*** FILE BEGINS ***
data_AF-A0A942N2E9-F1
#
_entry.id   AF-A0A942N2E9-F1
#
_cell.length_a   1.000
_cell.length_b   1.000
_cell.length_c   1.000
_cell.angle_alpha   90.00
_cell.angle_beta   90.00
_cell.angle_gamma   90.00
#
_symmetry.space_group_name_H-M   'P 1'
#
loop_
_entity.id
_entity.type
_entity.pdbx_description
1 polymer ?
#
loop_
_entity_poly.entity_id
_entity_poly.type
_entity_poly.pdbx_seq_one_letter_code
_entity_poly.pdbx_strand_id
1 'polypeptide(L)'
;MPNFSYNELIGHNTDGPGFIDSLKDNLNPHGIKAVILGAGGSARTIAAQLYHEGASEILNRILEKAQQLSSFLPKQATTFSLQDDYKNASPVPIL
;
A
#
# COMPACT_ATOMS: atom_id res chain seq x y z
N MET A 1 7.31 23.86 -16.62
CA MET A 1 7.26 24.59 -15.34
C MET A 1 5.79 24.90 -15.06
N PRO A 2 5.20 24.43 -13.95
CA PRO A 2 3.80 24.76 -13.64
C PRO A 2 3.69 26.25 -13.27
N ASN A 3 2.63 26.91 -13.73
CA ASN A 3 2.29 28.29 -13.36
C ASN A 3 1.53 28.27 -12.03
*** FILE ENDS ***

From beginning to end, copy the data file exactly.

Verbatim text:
data_AF-A0A942N2E9-F1
#
_entry.id   AF-A0A942N2E9-F1
#
_cell.length_a   1.000
_cell.length_b   1.000
_cell.length_c   1.000
_cell.angle_alpha   90.00
_cell.angle_beta   90.00
_cell.angle_gamma   90.00
#
_symmetry.space_group_name_H-M   'P 1'
#
loop_
_entity.id
_entity.type
_entity.pdbx_description
1 polymer ?
#
loop_
_entity_poly.entity_id
_entity_poly.type
_entity_poly.pdbx_seq_one_letter_code
_entity_poly.pdbx_strand_id
1 'polypeptide(L)'
;MPNFSYNELIGHNTDGPGFIDSLKDNLNPHGIKAVILGAGGSARTIAAQLYHEGASEILNRILEKAQQLSSFLPKQATTFSLQDDYKNASPVPIL
;
A
#
# COMPACT_ATOMS: atom_id res chain seq x y z
N MET A 1 7.31 23.86 -16.62
CA MET A 1 7.26 24.59 -15.34
C MET A 1 5.79 24.90 -15.06
N PRO A 2 5.20 24.43 -13.95
CA PRO A 2 3.80 24.76 -13.64
C PRO A 2 3.69 26.25 -13.27
N ASN A 3 2.63 26.91 -13.73
CA ASN A 3 2.29 28.29 -13.36
C ASN A 3 1.53 28.27 -12.03